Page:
Las Vegas Sun

July 28, 2017

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Sun Editorial:

The Arctic in peril

Brookings expert warns UNLV audience against ‘doing nothing’ to reverse warming

Three studies published this year contain information about Arctic melting that cannot be described in any way other than frightening.

Two of the studies were released last month and reviewed in articles by The Washington Post.

One was researched by a team of 30 scientists from the United States, Britain, Denmark, Norway, Canada and Finland and primarily written by Northern Arizona University professor Darrell Kaufman.

Its conclusion, that human-caused greenhouse gas emissions over the past several decades have rendered the Arctic region warmer than at any time since 1 B.C., was published by the prestigious journal Science.

The other study released last month was produced by the World Wildlife Federation. It concluded that warming in the Arctic could shift global weather patterns and affect agriculture, forestry and water supplies in the United States, Europe and elsewhere.

A third study was released in April by researchers at the National Oceanic and Atmospheric Administration and the University of Washington. According to the Associated Press, the study concluded that Arctic sea ice is melting so fast that most of it could be gone in 30 years. With little ice to reflect sunlight back into space, the Arctic Ocean will just get warmer, leading to an acceleration of warming around the world, the study said.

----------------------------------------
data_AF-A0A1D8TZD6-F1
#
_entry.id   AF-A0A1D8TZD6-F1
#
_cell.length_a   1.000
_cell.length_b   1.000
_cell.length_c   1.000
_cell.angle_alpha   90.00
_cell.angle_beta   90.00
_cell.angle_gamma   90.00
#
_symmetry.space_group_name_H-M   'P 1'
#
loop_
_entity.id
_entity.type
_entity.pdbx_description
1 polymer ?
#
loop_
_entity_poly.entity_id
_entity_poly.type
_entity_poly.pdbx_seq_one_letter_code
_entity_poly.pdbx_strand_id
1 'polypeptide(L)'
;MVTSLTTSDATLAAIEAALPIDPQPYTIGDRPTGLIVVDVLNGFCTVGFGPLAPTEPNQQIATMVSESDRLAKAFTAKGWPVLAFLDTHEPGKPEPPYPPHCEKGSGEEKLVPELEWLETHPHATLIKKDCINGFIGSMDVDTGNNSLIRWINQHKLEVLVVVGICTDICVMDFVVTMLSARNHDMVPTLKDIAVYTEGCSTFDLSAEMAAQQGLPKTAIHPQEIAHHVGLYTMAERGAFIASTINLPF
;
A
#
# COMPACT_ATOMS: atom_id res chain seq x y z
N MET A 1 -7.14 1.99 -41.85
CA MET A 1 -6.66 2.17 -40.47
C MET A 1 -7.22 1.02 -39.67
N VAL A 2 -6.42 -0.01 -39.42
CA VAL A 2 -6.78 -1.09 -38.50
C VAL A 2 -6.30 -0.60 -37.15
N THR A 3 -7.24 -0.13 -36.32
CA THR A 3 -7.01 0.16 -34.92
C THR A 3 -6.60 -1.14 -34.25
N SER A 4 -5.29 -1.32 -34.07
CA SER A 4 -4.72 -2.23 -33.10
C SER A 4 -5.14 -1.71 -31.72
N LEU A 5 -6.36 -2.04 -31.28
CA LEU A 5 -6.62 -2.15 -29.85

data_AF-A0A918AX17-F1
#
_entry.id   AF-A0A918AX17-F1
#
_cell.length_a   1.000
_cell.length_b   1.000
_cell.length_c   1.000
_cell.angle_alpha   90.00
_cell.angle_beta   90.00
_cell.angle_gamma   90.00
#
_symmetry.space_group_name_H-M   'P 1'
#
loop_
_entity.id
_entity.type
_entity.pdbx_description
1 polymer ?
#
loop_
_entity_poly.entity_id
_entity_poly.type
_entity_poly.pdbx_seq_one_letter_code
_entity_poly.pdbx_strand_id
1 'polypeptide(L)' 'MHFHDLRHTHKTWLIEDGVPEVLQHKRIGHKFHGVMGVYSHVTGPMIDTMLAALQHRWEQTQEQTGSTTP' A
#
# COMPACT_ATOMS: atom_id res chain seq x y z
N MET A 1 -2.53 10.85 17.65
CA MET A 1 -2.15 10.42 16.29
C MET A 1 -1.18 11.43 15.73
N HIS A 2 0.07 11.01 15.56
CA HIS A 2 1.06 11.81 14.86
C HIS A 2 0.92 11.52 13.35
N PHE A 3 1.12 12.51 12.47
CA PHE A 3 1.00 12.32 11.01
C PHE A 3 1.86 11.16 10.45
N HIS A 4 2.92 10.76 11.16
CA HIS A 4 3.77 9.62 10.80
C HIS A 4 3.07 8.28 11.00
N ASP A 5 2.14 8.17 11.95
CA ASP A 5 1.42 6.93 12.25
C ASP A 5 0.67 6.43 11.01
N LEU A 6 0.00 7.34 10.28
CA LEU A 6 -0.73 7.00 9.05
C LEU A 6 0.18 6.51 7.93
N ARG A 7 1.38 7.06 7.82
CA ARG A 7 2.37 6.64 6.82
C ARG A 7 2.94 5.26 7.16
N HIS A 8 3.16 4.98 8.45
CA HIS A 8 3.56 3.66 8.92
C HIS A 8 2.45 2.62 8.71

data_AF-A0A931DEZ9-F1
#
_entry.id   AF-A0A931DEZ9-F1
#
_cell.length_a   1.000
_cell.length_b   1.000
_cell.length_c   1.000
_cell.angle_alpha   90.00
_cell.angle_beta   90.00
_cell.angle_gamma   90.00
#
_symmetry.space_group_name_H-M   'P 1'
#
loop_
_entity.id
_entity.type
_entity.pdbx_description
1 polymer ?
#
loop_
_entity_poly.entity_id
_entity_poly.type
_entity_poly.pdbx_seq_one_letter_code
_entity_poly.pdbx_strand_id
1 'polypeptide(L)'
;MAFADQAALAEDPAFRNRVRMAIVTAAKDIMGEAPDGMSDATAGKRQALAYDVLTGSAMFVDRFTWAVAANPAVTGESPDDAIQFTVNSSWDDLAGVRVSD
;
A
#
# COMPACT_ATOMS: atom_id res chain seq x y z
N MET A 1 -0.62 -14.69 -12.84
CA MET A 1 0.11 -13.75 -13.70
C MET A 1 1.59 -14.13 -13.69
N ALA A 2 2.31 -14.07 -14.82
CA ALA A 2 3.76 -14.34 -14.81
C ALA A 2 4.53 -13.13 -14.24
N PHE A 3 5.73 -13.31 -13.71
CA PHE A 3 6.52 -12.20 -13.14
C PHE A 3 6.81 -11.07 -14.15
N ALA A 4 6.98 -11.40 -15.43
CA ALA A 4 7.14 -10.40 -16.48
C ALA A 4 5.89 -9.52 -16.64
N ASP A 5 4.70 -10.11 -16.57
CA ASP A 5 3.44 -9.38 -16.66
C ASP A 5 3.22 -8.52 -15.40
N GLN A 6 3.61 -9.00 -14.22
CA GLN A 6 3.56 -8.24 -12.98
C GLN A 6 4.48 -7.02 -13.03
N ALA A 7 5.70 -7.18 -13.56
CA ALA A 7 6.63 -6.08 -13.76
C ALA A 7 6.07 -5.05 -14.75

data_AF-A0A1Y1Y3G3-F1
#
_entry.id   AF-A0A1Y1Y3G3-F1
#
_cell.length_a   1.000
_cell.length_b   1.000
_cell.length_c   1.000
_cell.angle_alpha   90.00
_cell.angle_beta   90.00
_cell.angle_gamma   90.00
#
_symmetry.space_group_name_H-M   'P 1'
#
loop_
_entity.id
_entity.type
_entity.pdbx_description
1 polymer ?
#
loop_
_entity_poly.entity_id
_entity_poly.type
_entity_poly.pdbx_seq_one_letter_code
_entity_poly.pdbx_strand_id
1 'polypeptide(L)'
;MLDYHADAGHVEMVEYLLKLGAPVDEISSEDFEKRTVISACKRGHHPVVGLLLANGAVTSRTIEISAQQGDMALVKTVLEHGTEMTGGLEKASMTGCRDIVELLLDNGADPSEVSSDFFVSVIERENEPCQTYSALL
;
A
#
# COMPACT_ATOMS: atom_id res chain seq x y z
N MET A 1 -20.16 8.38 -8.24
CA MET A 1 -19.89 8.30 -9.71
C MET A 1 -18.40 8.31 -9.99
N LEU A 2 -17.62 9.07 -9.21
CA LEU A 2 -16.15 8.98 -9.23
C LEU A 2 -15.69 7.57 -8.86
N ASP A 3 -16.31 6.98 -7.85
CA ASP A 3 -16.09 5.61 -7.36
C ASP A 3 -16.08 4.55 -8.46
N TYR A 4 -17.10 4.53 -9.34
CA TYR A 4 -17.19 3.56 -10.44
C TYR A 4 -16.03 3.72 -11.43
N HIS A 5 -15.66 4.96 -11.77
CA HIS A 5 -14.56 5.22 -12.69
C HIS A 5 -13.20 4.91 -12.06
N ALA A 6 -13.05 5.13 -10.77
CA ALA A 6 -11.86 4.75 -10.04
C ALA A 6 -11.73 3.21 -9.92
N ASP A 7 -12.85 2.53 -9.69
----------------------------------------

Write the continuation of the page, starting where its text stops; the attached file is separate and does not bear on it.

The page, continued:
That the situation is dire was echoed last week by Charles Ebinger, who leads an energy initiative at the Brookings Institution. He spoke to an audience at UNLV about the worldwide consequences if warming continues at its current pace.

The Las Vegas Sun’s Stephanie Tavares reported that Ebinger outlined many of the worst-case scenarios, including the worst of all — drastic changes in global weather and the inundation of highly populated areas as Arctic ice liquefies.

On a hopeful note, though, Ebinger said Nevada could play a key role in helping to avoid this fate. He said this state’s vast renewable energy potential could be tapped, replacing some of the current greenhouse-gas-emitting power sources with those that produce emissions-free electricity.

He strongly warned against doing nothing, a warning we should start taking seriously.

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